Recorded: 22 Jul 2003
Well, I’ve known Matt very well since he came here in about 1960. And I was instrumental in diverting him a bit because in ’63 I was busy in Washington in arms control matters. And arranged for him to come down for the summer and he got interested in chemical/biological warfare. And this has been a preoccupation of his ever since. Like myself, he would probably be a better scientist if he hadn’t taken that route. But on the other hand he’s contributed a great deal by doing so. He is a person who is obsessed with the feeling that if you every detail about a problem the answer will become apparent. And so whatever it is that he does he does with great intensity. And this is a hallmark. His commitment to know the truth and it shall make you free. So more than anyone I know he concentrates on whatever he does with great intensity. And sometimes it pays off handsomely as it does in much of his research, particularly the strand separation work of the sixties. But even when it gets more complex like in chemical/biological weapon control, his incisiveness has kept things on the track in many situations which might not have been the case without him.
Paul Doty (1920-2011), biophysical chemist and activist was an emeritus professor at Harvard University in the Faculty of Arts and Sciences and in the Kennedy School of Government. He was also founder of the Department of Biochemistry and Molecular Biology, and the Center for Science and International Affairs at Harvard. Experimenting with isotope separation as a graduate student at Columbia University, he became an advocate for nuclear war prevention. Subsequently, he served as a consultant to the President’s Science Advisory Committee and as a member of the President’s Arms Control Advisory Group.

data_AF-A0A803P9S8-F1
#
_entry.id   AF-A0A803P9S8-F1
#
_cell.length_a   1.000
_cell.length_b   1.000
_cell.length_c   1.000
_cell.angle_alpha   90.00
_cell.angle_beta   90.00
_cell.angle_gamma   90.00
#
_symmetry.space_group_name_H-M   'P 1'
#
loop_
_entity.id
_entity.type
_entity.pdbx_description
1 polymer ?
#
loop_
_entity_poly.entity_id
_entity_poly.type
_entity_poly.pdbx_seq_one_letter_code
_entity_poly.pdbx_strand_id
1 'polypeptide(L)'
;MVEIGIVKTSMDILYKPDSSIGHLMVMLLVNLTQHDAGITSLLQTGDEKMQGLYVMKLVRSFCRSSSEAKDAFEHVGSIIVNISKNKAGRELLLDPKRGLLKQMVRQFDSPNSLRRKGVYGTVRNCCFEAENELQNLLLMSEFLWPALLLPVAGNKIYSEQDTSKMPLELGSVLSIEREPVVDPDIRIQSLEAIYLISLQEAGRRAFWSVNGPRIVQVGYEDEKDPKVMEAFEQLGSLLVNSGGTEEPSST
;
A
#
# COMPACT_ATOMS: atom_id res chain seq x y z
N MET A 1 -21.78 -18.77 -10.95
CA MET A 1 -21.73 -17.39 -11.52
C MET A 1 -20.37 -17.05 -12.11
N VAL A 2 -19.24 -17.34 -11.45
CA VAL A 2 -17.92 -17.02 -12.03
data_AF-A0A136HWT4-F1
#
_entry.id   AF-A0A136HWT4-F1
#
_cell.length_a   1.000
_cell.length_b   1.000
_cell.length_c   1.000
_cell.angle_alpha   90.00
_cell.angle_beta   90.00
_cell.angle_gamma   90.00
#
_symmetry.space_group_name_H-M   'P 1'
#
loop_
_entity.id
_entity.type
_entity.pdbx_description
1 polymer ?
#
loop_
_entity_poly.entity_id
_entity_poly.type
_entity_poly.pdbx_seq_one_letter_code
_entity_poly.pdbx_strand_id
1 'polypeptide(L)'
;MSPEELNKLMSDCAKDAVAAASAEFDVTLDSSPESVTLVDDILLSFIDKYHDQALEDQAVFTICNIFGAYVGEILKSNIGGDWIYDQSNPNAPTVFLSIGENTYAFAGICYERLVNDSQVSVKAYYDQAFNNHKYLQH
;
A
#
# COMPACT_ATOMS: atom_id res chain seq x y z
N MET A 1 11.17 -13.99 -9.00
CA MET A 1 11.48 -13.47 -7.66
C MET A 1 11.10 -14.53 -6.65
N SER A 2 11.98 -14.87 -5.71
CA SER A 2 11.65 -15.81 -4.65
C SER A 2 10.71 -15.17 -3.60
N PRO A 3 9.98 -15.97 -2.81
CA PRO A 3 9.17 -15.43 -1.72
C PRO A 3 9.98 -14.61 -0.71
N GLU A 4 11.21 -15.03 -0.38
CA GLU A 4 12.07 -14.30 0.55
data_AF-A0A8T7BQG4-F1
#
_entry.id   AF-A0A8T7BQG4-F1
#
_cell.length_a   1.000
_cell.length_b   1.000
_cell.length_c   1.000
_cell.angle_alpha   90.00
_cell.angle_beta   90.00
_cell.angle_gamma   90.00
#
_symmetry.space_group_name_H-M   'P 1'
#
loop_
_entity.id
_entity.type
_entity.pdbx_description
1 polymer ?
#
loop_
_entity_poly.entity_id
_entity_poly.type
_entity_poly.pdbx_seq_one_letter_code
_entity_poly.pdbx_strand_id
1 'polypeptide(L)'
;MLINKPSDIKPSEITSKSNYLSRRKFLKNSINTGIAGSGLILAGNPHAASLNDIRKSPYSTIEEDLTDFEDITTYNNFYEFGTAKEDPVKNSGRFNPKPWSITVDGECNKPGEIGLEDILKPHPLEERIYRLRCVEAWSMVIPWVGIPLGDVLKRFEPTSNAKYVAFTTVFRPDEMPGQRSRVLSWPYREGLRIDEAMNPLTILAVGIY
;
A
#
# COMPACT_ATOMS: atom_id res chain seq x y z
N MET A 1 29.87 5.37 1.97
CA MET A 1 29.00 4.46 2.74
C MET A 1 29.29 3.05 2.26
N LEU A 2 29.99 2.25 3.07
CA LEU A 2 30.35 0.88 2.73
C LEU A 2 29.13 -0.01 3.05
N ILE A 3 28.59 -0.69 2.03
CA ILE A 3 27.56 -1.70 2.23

Doty’s scientific research is focused on elucidating the structure and function of large molecules by optical methods. Responsible for hybridizing single strands of DNA to reform an active double-stranded molecule, his laboratory work helped provide the basis for DNA recombination.
Doty met Jim in 1952 in Cambridge. Four years later he had encouraged Jim to join the Harvard Faculty. Their combined insight and innovation was crucial in determining the fate of the newly created molecular biology department. Doty remained on the Harvard Faculty for over forty-two years.